The averaged room response of the two speakers showed moderate variations of perhaps +/-3 dB between 70 Hz and 2 kHz, followed by a flat output between 2 and 10 kHz. The woofer curve spliced unambiguously to the room curve, resulting in one of the flattest composite response measurements we have seen from a speaker: +2 dB from 60 Hz to 20 kHz, and falling off at only 6 dB per octave at lower frequencies.

A quasi-anechoic MLS measurement at 2 meters (on axis) indicated response within +3 dB from 600 Hz to 20 kHz. The system's horizontal treble dispersion was typical of many dome tweeters, with little change in output below 8 kHz over a +45-degree range relative to the tweeter axis, a drop of about 5 dB at 15 kHz, and a drop of about 12 dB at 20 kHz.

The system impedance plot showed a peak to 19 ohms at the bass resonance frequency of 70 Hz and another rise to 15 ohms at 20 Hz (the lower limit of our measurement). The 6.5-ohm reading at 200 Hz could be considered the system's nominal impedance, although it reached 10 ohms at 1.1 kHz and fell to a broad minimum of 4.5 ohms between 6 and 15 kHz.

Sensitivity was better than specified: 90 dB SPL at 1 meter with a 2.83-volt input of pink noise. At that input level, the woofer distortion averaged about 1 percent (with overall variations from 0.6 to 1.5 percent) from 55 Hz to 2 kHz and reached only 3 percent at 40 Hz.

Single-cycle, 100-Hz tone bursts drove the woofer cone to its limits at an input of 270 watts into its 9-ohm impedance. At higher frequencies, our amplifier clipped (at power levels from 600 to 1,200 watts) before the speaker produced any serious sounds of distress.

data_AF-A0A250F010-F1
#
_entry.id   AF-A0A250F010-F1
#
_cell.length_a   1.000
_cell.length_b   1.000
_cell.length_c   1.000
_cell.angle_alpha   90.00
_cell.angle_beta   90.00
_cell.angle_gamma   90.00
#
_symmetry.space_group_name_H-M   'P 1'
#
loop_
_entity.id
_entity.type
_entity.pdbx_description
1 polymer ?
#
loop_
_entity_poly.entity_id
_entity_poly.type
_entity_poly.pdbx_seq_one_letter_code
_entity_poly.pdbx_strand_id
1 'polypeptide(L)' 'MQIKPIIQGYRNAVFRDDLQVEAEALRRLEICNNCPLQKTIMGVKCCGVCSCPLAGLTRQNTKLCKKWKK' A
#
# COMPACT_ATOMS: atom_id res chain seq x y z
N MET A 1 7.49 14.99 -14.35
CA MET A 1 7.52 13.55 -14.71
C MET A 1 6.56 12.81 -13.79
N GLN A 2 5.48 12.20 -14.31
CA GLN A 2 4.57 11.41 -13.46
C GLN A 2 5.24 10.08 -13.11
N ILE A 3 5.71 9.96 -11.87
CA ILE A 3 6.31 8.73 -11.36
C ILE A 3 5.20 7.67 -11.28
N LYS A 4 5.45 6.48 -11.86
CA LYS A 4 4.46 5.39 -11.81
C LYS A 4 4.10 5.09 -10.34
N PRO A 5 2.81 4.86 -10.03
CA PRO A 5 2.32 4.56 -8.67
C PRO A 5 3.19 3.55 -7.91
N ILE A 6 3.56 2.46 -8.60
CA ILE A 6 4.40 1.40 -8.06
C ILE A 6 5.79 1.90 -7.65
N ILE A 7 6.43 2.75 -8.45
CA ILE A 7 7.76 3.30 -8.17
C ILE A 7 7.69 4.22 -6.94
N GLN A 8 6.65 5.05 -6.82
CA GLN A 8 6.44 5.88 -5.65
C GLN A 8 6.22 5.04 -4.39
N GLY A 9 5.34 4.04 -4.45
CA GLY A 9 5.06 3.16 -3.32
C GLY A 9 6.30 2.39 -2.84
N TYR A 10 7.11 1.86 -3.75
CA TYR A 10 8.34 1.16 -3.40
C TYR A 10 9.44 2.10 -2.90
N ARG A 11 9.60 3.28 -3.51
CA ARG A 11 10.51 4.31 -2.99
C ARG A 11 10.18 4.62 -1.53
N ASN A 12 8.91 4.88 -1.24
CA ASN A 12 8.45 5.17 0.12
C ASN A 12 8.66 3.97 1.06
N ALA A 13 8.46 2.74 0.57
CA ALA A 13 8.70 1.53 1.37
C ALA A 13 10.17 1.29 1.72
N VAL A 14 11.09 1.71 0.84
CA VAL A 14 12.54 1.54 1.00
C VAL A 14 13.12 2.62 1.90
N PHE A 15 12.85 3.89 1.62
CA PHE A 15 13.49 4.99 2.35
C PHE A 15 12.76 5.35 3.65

In listening tests, the RTL2 sounded pretty much as it measured, with a smooth, uncolored output that was notably free from emphasis (or a deficiency) in any particular part of the frequency spectrum. Such neutrality is probably the goal of many speaker designers, but it is rarely achieved to this degree. In A/ comparisons with other speakers of comparable price or size, the TDL RTL2 easily held its own, although it should be realized that all speakers (even those with very similar design and construction) sound different from each other when compared in a side-by-side listening test, and that the differences are often highly program-sensitive.

On the stereo-imaging tests of the Chesky JD37 test/demo CD, the performance of the RTL2's was well-nigh perfect - at least, we have never heard a more unambiguous demonstration of lateral and vertical source positioning from this disc. Our tests also confirmed what is probably a major advantage of the transmission-line enclosure (and apparently the "reflex transmission line" as well). Most speakers, whether in a sealed box or vented enclosure, have a resonant rise or peak in the upper bass or lower midrange, which can introduce coloration on vocal programs. A flat upper-bass response is, unfortunately, a rarity. The RTL2 shares with its larger and costlier relatives their freedom from bass heaviness or boom, without sacrificing whatever low-bass capability has been designed into them.

The TDL RTL2 is a very attractive and listenable speaker at a most attractive price. It is well worth hearing if you are in the market for a compact, topnotch speaker system that won't bankrupt you or dominate your home decor.

TDL RTL2 Floor standing speakers photo